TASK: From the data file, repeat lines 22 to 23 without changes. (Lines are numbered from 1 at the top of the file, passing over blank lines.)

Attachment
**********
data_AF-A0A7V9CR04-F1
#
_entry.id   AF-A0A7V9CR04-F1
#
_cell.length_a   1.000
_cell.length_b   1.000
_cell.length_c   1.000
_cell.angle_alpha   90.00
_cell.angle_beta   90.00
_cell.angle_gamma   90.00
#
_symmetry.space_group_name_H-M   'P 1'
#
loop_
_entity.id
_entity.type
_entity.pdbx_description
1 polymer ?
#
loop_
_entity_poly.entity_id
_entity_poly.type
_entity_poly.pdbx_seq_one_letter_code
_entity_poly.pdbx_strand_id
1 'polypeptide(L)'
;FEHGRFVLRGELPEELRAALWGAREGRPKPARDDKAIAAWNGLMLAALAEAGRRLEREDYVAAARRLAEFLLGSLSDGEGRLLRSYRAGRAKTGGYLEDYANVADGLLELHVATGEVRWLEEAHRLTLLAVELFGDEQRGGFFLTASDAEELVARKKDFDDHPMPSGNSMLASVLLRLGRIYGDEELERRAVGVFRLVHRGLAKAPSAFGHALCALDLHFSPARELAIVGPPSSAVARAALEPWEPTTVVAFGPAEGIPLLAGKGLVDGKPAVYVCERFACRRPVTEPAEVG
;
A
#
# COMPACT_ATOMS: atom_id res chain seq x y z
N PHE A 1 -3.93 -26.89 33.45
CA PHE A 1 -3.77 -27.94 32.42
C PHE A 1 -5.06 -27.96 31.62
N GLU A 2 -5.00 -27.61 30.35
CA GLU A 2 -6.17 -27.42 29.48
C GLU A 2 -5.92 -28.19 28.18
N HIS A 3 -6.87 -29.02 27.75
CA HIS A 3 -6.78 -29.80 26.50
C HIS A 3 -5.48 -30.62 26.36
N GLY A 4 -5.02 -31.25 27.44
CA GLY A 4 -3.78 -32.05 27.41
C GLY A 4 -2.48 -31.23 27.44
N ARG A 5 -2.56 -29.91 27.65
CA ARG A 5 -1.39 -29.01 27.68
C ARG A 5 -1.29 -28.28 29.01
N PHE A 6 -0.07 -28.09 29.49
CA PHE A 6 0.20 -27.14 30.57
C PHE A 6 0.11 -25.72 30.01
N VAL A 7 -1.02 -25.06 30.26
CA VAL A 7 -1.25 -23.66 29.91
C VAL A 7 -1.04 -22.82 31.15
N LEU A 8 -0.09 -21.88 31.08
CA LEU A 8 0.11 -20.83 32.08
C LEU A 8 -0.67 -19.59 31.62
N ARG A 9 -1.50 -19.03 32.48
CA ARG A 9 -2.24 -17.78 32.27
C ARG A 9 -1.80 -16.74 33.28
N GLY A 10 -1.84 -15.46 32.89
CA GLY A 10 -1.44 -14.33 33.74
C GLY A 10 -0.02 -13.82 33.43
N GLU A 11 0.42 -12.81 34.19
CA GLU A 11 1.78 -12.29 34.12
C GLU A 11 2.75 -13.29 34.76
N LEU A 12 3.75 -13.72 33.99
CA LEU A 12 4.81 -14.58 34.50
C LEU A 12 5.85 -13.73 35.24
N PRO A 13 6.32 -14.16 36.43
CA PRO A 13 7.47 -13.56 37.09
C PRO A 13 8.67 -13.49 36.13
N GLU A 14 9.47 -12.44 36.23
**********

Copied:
_entity_poly.type
_entity_poly.pdbx_seq_one_letter_code